Thursday, 25 June 2015

The Madaya Light Railway

In Part 3 of Hugh Hughes excellent guide to railway locomotives in India (introduced here), there is the following brief information about the Madaya Light Railway in Burma (now Myanmar).
The Madaya Light Railway was a 2 ft 6 in (762 mm) narrow gauge railway that terminated in Mandalay, Burma. The first section to Toungbyon, 8 miles long, opened in 1912. The railway was extended a further 8 miles to Madaya in 1917. The company operating the line went into liquidation in 1919, and the railway was taken over by the Government. The line was closed in 1927 when it was replaced by a metre gauge line

The first four locomotives for the line were obtained second hand from the Thaton – Duyinzaik Railway.

Locomotives 1 & 2 were 0-4-2 Saddle Tanks built 1882 by Barr, Morrison and Company.
Locomotive 3 was a 6-coupled well tank built 1885 by Dick Kerr and Company.
Locomotive 4 was another 6-coupled locomotive built in 1901 by Dick Kerr and Company.

Statistics for March 1921 listed seven locomotives but no information is available about the additional three locomotives.
Further details of the first four locomotives are given in the post Thaton – Duyinzaik Railway.

Myanma Railways still operate a passenger service on the metre gauge line from Mandalay to Madaya.


Owe Boe station on the metre gauge Madaya line looking towards Mandalay in 2013.

Pictures of Owe Boe station

Owe Boe Station, Mandalay.

Thaton – Duyinzaik Railway

In Part 3 of Hugh Hughes excellent guide to railway locomotives in India (introduced here), there is the following brief information about the long-gone Thaton – Duyinzaik line in Burma (now called Myanmar).
The Thaton – Duyinzaik Railway was a 2ft 6in (762 mm) narrow gauge railway opened in 1885 built and worked by Mr. George Dawson of Rangoon. From Thaton, the railway extended 8 miles east alongside a public road through jungle to Duyinzaik, connecting with a daily launch service also operated by Mr. Dawson to Moulmein.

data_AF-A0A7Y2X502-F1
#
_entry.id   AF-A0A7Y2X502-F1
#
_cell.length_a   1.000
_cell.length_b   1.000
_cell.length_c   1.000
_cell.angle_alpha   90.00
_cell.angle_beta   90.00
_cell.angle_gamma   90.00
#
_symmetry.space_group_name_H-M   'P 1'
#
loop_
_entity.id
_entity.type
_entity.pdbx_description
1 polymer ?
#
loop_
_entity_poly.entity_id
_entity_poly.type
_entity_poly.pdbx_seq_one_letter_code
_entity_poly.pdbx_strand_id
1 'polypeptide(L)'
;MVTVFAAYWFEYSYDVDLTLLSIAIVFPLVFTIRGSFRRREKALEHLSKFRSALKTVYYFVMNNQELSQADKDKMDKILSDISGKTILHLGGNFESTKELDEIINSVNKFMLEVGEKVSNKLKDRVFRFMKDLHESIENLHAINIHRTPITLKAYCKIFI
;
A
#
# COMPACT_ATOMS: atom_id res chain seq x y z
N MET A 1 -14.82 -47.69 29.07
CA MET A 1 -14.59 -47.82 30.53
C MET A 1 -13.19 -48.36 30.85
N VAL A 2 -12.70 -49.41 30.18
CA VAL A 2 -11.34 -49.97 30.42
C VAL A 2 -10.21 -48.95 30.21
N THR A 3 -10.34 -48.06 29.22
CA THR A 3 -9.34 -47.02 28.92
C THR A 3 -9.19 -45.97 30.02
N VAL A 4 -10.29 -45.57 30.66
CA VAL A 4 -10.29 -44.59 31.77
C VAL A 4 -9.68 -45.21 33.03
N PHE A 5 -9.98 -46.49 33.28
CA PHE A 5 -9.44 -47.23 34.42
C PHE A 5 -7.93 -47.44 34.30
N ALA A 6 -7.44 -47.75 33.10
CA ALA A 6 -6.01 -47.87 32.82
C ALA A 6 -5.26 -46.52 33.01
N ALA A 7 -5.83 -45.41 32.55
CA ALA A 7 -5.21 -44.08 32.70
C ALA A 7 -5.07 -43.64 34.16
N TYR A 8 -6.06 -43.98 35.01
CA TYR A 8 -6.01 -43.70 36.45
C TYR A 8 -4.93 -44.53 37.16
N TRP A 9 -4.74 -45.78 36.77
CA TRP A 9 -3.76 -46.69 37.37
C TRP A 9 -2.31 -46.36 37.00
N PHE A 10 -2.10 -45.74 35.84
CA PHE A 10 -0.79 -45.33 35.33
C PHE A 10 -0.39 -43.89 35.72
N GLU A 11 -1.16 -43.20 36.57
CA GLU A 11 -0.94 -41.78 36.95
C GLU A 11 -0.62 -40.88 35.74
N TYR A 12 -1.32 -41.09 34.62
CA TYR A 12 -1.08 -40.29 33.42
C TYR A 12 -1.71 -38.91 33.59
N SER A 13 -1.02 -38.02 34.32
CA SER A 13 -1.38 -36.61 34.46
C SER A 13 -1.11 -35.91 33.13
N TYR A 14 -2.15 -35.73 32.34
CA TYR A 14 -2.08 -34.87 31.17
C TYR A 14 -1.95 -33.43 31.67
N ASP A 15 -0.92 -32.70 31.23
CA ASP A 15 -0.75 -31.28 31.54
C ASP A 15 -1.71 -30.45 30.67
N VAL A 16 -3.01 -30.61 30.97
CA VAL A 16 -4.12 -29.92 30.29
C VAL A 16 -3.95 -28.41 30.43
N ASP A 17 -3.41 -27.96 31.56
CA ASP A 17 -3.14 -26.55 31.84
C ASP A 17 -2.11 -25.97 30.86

In 1895 the inspecting officer reported:-
"Trains are not worked by any of the systems prescribed for railways. The Manager who lives at Duyinzaik controls the traffic and gives instructions directly to the drivers or by telephone to the station master at Thaton."
Locomotives 1 & 2 were built in 1883 and were 0-4-2 Saddle Tanks with two 7 x 12 inch cylinders, 22 inch diameter coupled wheels and 15 inch diameter trailing wheels with radial axleboxes. The wheelbase was 4 foot + 4 foot, overall length 15ft 6ins and weight was 8 tons. These are believed to have been built by Barr, Morrison and Company at Kilmarnock for W. B. Dick and Company and were described as ‘Flying Car’ type.

Locomotive 3 was a 6-coupled well tank with 8 x 16 inch cylinders built by Dick Kerr and Company, Preston in 1885, weighing 13 tons.

Locomotive 4 was also a 6-coupled locomotive built by Dick Kerr in 1901, weighing 10.75 tons.

In 1900 the Irrawaddy Flotilla Company took over the line until closure in 1907 when the metre gauge Burma Railways line reached Thaton. After closure, all four locomotives were transferred to the Madaya Light Railway.
Of course, Rangoon is now called Yangon and Moulmein is now called Mawlamyine. There's a brief post about the Madaya Light Railway here.

Seeking more information about the manufacturers of the first four locomotives, I turned to the internet resource Grace's Guide. This splendid site was started by Andrew Tweedie in 2007 with the exemplary Mission Statement "To be the premier on-line library of information regarding the Companies, People, Places and Products of the Industrial History of the UK and to preserve that information by making it freely available for all to use without restriction".

James Barr was certainly producing various types of machinery in Kilmarnock around that period.


1888 advert for James Barr (Source: Grace's Guide).

W. B. Dick and Company set up in Glasgow in 1854 and expanded to become 'oil refiners, merchants and factors, railway and tramcar builders'. John Kerr became a senior employee of W. B. Dick and Company and, in 1883, Dick, Kerr and Company was set up to take over the railway and tramway activities at Kilmarnock and later at Preston, continuing to build locomotives (including Locomotives 3 and 4 for the Thaton – Duyinzaik Railway) and also electrical equipment.

Although steam locomotive manufacture did not survive at Dick, Kerr and Company, the firm became well-known for their electrical equipment for railways and tramways. For instance, there are pictures here of the preserved Liverpool Overhead Railway Driving/Motor Car using Dick, Kerr electrical equipment. The English Electric Company Limited became successors of Dick, Kerr and, as late as 1944, the works plate on the battery electric shunting locomotive now preserved at the Museum of Science and Industry in Manchester reads "The English Electric Company Ltd. London, No. 1378 1944, Dick Kerr Works, Preston, England". My pictures of this shunter are here.